Eyeing Toys R Us' Future, Analyst Suggests Hands-On Displays NPR's Ari Shapiro talks with Jim Silver, toy expert and CEO of TTPM (Toys, Tots, Pets & More), a website that reviews toys. They talk about Toys R Us' bankruptcy declaration and the state of the toy industry.

Eyeing Toys R Us' Future, Analyst Suggests Hands-On Displays

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So far this year, more than a dozen big retailers have declared bankruptcy, including household names like The Limited, Payless and Gymboree. Today, Toys R Us joins that list. The company's bankruptcy filing is hundreds of pages long, and it begins with the lyrics to a jingle that was a staple of 1980s TV ads.


JENNY LEWIS: (Singing) I don't want to grow up. I'm a Toys R Us kid.

(Singing) They've got a million toys at Toys R Us that I can play with.

SHAPIRO: Jim Silver is a toy industry analyst who runs the toy review website TTPM. Welcome to the program.

JIM SILVER: Nice to be here.

SHAPIRO: I know Toys R Us had a lot of debt from a buyout in 2005, but is that the only reason for the company's fall into bankruptcy, or is there something larger going on here across the retail industry?

SILVER: No, it's a multitude of reasons. This goes back to debt that started in the late 1990s, went through the 2000s. They spent a lot of money poorly - whether it be their new offices in Wayne, N.J., which costs millions, the Toys R Us Times Square store, which lost money every year. Then they parted ways with amazon.com, and they didn't invest in the digital business.

And as online went from about 4 percent of the toy business to about 30 to 35 percent of the toy business, they were left behind Amazon, Wal-Mart and Target. So Toys R Us needed to find a better reason for people to come to the stores January through October. They came during the holiday season, but they weren't coming during the first nine, ten months during the year.

SHAPIRO: You said that 30 to 35 percent of toy purchases are online.

How does that compare to other retail?

SILVER: It's actually higher than a lot of other parts of retail. Because toys are bought as a surprise for a child, you don't bring them to the store, especially during the holiday season or for their birthday. Therefore, with all the research you can do online, there's no reason to go to the store.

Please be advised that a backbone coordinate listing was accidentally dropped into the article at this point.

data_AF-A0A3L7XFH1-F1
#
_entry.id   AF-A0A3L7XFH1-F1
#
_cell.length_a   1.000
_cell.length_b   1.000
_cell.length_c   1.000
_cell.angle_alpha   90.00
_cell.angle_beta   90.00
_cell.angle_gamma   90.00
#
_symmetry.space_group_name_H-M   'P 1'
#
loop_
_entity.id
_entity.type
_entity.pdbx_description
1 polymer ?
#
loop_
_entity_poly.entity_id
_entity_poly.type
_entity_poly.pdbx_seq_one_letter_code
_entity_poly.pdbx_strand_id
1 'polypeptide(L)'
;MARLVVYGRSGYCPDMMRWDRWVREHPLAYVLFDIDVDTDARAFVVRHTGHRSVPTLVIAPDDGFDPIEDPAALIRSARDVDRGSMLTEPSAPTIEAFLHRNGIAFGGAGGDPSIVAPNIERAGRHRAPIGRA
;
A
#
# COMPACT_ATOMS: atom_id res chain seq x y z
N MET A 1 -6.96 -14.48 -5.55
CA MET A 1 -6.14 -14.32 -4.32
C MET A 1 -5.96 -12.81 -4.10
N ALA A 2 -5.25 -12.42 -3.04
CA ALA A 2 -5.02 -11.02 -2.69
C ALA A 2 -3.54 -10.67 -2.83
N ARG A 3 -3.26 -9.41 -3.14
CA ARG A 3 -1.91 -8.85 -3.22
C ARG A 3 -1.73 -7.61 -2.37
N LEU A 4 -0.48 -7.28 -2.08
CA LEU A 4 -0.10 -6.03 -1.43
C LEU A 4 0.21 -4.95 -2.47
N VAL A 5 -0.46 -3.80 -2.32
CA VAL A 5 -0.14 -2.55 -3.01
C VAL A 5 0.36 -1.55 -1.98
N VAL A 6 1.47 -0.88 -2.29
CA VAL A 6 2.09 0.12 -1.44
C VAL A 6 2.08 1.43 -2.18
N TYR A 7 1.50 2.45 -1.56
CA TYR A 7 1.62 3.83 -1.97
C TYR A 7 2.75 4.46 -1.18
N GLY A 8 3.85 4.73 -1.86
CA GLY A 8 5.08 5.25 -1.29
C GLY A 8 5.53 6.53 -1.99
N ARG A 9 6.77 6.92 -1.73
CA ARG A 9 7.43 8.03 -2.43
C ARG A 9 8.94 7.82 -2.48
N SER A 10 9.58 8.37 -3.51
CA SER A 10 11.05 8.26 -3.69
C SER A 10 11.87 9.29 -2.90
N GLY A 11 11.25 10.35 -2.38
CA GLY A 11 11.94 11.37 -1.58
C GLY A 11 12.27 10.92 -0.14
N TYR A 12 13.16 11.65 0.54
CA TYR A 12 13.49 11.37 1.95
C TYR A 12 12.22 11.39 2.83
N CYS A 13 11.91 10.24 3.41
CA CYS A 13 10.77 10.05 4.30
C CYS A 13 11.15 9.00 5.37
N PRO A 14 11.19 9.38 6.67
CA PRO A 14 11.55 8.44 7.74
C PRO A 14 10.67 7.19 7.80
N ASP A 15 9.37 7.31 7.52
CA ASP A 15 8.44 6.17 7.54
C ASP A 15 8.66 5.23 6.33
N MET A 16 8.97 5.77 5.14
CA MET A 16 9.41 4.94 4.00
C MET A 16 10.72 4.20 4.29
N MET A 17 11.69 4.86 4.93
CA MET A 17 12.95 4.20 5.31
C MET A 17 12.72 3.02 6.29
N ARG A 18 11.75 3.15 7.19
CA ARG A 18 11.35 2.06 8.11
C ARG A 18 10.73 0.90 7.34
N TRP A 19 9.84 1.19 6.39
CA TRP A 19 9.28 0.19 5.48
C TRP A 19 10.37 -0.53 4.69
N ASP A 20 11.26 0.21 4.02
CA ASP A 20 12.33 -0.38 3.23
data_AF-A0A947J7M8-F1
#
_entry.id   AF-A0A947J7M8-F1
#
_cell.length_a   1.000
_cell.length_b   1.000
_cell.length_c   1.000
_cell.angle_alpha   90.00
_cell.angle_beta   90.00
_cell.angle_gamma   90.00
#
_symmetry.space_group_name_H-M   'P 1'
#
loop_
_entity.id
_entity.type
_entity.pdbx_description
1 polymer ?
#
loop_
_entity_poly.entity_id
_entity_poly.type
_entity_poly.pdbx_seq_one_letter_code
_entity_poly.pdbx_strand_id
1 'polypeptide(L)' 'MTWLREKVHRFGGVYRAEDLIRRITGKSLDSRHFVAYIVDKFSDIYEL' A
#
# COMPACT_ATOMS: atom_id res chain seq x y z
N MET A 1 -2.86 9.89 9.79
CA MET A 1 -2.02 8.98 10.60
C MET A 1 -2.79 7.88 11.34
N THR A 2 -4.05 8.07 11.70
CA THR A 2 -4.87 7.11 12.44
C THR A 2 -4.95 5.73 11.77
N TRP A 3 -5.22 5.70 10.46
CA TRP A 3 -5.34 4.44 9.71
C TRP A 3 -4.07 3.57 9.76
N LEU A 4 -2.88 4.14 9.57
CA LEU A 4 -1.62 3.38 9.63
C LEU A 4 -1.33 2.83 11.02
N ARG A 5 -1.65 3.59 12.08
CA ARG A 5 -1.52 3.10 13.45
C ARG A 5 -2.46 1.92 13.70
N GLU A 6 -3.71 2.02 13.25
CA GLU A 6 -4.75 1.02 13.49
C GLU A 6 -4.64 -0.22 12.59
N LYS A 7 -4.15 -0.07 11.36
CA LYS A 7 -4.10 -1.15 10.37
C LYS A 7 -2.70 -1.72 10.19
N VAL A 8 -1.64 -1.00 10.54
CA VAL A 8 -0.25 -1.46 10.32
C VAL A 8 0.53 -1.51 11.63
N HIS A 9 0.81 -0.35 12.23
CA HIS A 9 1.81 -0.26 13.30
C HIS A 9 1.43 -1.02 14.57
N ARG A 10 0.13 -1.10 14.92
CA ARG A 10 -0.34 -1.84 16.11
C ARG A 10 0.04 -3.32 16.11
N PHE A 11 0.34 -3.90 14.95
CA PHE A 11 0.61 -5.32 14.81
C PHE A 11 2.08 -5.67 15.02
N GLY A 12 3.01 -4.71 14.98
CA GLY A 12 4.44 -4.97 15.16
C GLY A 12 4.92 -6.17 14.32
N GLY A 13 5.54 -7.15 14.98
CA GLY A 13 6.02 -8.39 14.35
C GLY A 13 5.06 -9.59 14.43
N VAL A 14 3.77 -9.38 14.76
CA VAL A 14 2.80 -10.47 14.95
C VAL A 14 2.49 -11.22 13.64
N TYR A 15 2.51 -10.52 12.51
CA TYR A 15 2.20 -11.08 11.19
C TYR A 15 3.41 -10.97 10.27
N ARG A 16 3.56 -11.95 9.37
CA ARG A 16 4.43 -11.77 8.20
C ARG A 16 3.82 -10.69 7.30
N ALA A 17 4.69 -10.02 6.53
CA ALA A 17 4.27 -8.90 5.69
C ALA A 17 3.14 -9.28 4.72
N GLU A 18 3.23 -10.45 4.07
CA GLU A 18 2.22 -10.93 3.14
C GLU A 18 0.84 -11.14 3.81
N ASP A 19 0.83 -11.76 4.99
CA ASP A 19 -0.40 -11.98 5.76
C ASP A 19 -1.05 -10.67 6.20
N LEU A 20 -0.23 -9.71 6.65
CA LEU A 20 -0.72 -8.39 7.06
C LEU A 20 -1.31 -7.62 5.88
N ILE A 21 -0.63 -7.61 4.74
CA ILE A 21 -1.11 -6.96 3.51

SHAPIRO: Now, Toys R Us says it's going to leave its stores open. But from what you're saying, it sounds like without some major changes to the way the company functions, people are not going to be coming into those stores.

SILVER: Well they still look at their stores - they were making, in terms of EBIDA, about $600,000,000 a year. It's just that the debt was too deep. But they do have to make changes during the first 10 months of the year. They've added Claire's in some of their stores. They've added an American Girl in about 100 stores.

SHAPIRO: Claire's and American Girl - these are sort of store within a store that have certain specialties, earrings or dolls - things like that.

SILVER: Right. It's a special section. But Toys R Us needs experiences if they're going to keep these same-size stores.

SHAPIRO: Are kids using toys in a different way now than they used to? I mean, I see kids playing with tablets, where if you want a new toy on the tablet, you just download an app. You don't actually buy a thing.

SILVER: The play patterns are similar to 20, 25 years ago. They've just been updated with technology. You know, the toy industry's been up the last couple of years. The construction toy category, until this year, had doubled over the previous 10 years. Activity toys are up. Board games are way up. And the toy industry's done a good job of bringing technology and toys with augmented reality toys, with radio-controlled toys. So that really wasn't the problem. The bigger problem, especially for Toys R Us, is bringing the consumer into the store during the first 10 months.

SHAPIRO: What does this mean for toy manufacturers? Stocks fell today for Mattel, Hasbro and other toy makers.

SILVER: Well, immediately, stocks fell because a healthy Toys R Us means a healthier Mattel and Hasbro. So, obviously, the Street was nervous.

SHAPIRO: Ten years from now, could you imagine Toys R Us looking anything like it does today?

SILVER: I think it has to change. I really think if it's going to remain this size, you need those experiences. If I'm a child, I would love to demo a toy. I would love to go to Toys R Us and have Nerf displays. They should have a better area for kids to come in, get on a bicycle. A bicycle for a child's not something you're really buying online - but you need to do in-store. And there are these opportunities. They just have to do a better job for the future within Toys R Us.

SHAPIRO: Jim Silver is a toy industry analyst and editor-in-chief of the review website TTPM. Thanks a lot.

SILVER: Good talking to you.

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